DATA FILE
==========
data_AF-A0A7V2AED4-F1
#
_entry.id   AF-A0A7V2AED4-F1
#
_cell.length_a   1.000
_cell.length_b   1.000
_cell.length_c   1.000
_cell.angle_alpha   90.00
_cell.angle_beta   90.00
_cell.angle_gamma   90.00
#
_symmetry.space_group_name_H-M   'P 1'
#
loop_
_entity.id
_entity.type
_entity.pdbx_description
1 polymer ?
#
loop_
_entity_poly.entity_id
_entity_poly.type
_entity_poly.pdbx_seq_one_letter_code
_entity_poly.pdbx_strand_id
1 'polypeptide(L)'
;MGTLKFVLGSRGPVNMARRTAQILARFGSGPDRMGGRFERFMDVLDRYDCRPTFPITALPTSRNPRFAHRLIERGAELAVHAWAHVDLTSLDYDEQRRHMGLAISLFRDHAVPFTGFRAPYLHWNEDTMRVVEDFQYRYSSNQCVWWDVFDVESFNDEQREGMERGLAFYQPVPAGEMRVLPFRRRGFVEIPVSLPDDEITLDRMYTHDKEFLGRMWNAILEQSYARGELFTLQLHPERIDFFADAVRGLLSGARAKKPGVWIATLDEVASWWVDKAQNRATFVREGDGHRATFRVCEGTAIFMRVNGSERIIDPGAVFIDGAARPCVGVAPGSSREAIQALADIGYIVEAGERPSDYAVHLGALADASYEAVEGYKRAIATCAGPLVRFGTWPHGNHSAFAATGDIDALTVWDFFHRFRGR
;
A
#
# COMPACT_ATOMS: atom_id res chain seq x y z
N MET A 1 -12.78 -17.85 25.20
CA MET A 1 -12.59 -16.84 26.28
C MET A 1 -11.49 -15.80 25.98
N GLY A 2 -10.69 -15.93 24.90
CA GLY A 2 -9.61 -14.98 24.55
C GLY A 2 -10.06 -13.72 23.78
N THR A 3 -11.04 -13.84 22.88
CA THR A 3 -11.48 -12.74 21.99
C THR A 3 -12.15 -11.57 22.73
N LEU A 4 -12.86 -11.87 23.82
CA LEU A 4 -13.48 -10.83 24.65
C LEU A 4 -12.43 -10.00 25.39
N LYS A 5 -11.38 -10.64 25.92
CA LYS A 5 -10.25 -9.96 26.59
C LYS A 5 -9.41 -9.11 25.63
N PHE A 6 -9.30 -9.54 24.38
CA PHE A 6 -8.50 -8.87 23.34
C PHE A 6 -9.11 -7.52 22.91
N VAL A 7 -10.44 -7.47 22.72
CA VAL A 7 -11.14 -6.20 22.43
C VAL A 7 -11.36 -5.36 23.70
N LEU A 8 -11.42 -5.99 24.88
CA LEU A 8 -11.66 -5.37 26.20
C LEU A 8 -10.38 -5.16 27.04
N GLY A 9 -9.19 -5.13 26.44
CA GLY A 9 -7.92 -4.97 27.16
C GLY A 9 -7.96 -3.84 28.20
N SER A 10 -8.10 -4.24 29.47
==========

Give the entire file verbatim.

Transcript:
data_AF-A0A7V2AED4-F1
#
_entry.id   AF-A0A7V2AED4-F1
#
_cell.length_a   1.000
_cell.length_b   1.000
_cell.length_c   1.000
_cell.angle_alpha   90.00
_cell.angle_beta   90.00
_cell.angle_gamma   90.00
#
_symmetry.space_group_name_H-M   'P 1'
#
loop_
_entity.id
_entity.type
_entity.pdbx_description
1 polymer ?
#
loop_
_entity_poly.entity_id
_entity_poly.type
_entity_poly.pdbx_seq_one_letter_code
_entity_poly.pdbx_strand_id
1 'polypeptide(L)'
;MGTLKFVLGSRGPVNMARRTAQILARFGSGPDRMGGRFERFMDVLDRYDCRPTFPITALPTSRNPRFAHRLIERGAELAVHAWAHVDLTSLDYDEQRRHMGLAISLFRDHAVPFTGFRAPYLHWNEDTMRVVEDFQYRYSSNQCVWWDVFDVESFNDEQREGMERGLAFYQPVPAGEMRVLPFRRRGFVEIPVSLPDDEITLDRMYTHDKEFLGRMWNAILEQSYARGELFTLQLHPERIDFFADAVRGLLSGARAKKPGVWIATLDEVASWWVDKAQNRATFVREGDGHRATFRVCEGTAIFMRVNGSERIIDPGAVFIDGAARPCVGVAPGSSREAIQALADIGYIVEAGERPSDYAVHLGALADASYEAVEGYKRAIATCAGPLVRFGTWPHGNHSAFAATGDIDALTVWDFFHRFRGR
;
A
#
# COMPACT_ATOMS: atom_id res chain seq x y z
N MET A 1 -12.78 -17.85 25.20
CA MET A 1 -12.59 -16.84 26.28
C MET A 1 -11.49 -15.80 25.98
N GLY A 2 -10.69 -15.93 24.90
CA GLY A 2 -9.61 -14.98 24.55
C GLY A 2 -10.06 -13.72 23.78
N THR A 3 -11.04 -13.84 22.88
CA THR A 3 -11.48 -12.74 21.99
C THR A 3 -12.15 -11.57 22.73
N LEU A 4 -12.86 -11.87 23.82
CA LEU A 4 -13.48 -10.83 24.65
C LEU A 4 -12.43 -10.00 25.39
N LYS A 5 -11.38 -10.64 25.92
CA LYS A 5 -10.25 -9.96 26.59
C LYS A 5 -9.41 -9.11 25.63
N PHE A 6 -9.30 -9.54 24.38
CA PHE A 6 -8.50 -8.87 23.34
C PHE A 6 -9.11 -7.52 22.91
N VAL A 7 -10.44 -7.47 22.72
CA VAL A 7 -11.14 -6.20 22.43
C VAL A 7 -11.36 -5.36 23.70
N LEU A 8 -11.42 -5.99 24.88
CA LEU A 8 -11.66 -5.37 26.20
C LEU A 8 -10.38 -5.16 27.04
N GLY A 9 -9.19 -5.13 26.44
CA GLY A 9 -7.92 -4.97 27.16
C GLY A 9 -7.96 -3.84 28.20
N SER A 10 -8.10 -4.24 29.47